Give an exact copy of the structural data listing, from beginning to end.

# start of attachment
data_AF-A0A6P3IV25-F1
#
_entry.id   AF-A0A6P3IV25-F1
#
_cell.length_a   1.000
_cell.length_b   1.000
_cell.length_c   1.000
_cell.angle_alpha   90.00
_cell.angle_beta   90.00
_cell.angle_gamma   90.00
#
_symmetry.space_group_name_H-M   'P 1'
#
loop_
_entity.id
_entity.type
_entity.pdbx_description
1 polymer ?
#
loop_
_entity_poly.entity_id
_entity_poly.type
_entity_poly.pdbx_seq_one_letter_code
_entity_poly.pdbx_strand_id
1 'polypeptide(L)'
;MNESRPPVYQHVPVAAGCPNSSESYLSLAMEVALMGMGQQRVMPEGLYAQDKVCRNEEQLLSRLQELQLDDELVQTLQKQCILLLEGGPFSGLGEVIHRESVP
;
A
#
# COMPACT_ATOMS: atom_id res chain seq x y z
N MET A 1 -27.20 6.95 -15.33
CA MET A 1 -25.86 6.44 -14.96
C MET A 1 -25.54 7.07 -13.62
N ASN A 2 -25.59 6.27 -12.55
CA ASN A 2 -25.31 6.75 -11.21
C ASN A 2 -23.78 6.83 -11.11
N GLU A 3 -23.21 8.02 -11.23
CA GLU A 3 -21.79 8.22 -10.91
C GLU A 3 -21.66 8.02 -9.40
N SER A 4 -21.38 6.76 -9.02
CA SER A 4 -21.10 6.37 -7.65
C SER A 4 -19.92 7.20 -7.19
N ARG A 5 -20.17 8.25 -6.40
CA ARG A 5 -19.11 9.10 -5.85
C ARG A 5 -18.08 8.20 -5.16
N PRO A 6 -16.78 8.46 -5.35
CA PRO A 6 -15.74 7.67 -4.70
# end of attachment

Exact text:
data_AF-A0A6P3IV25-F1
#
_entry.id   AF-A0A6P3IV25-F1
#
_cell.length_a   1.000
_cell.length_b   1.000
_cell.length_c   1.000
_cell.angle_alpha   90.00
_cell.angle_beta   90.00
_cell.angle_gamma   90.00
#
_symmetry.space_group_name_H-M   'P 1'
#
loop_
_entity.id
_entity.type
_entity.pdbx_description
1 polymer ?
#
loop_
_entity_poly.entity_id
_entity_poly.type
_entity_poly.pdbx_seq_one_letter_code
_entity_poly.pdbx_strand_id
1 'polypeptide(L)'
;MNESRPPVYQHVPVAAGCPNSSESYLSLAMEVALMGMGQQRVMPEGLYAQDKVCRNEEQLLSRLQELQLDDELVQTLQKQCILLLEGGPFSGLGEVIHRESVP
;
A
#
# COMPACT_ATOMS: atom_id res chain seq x y z
N MET A 1 -27.20 6.95 -15.33
CA MET A 1 -25.86 6.44 -14.96
C MET A 1 -25.54 7.07 -13.62
N ASN A 2 -25.59 6.27 -12.55
CA ASN A 2 -25.31 6.75 -11.21
C ASN A 2 -23.78 6.83 -11.11
N GLU A 3 -23.21 8.02 -11.23
CA GLU A 3 -21.79 8.22 -10.91
C GLU A 3 -21.66 8.02 -9.40
N SER A 4 -21.38 6.76 -9.02
CA SER A 4 -21.10 6.37 -7.65
C SER A 4 -19.92 7.20 -7.19
N ARG A 5 -20.17 8.25 -6.40
CA ARG A 5 -19.11 9.10 -5.85
C ARG A 5 -18.08 8.20 -5.16
N PRO A 6 -16.78 8.46 -5.35
CA PRO A 6 -15.74 7.67 -4.70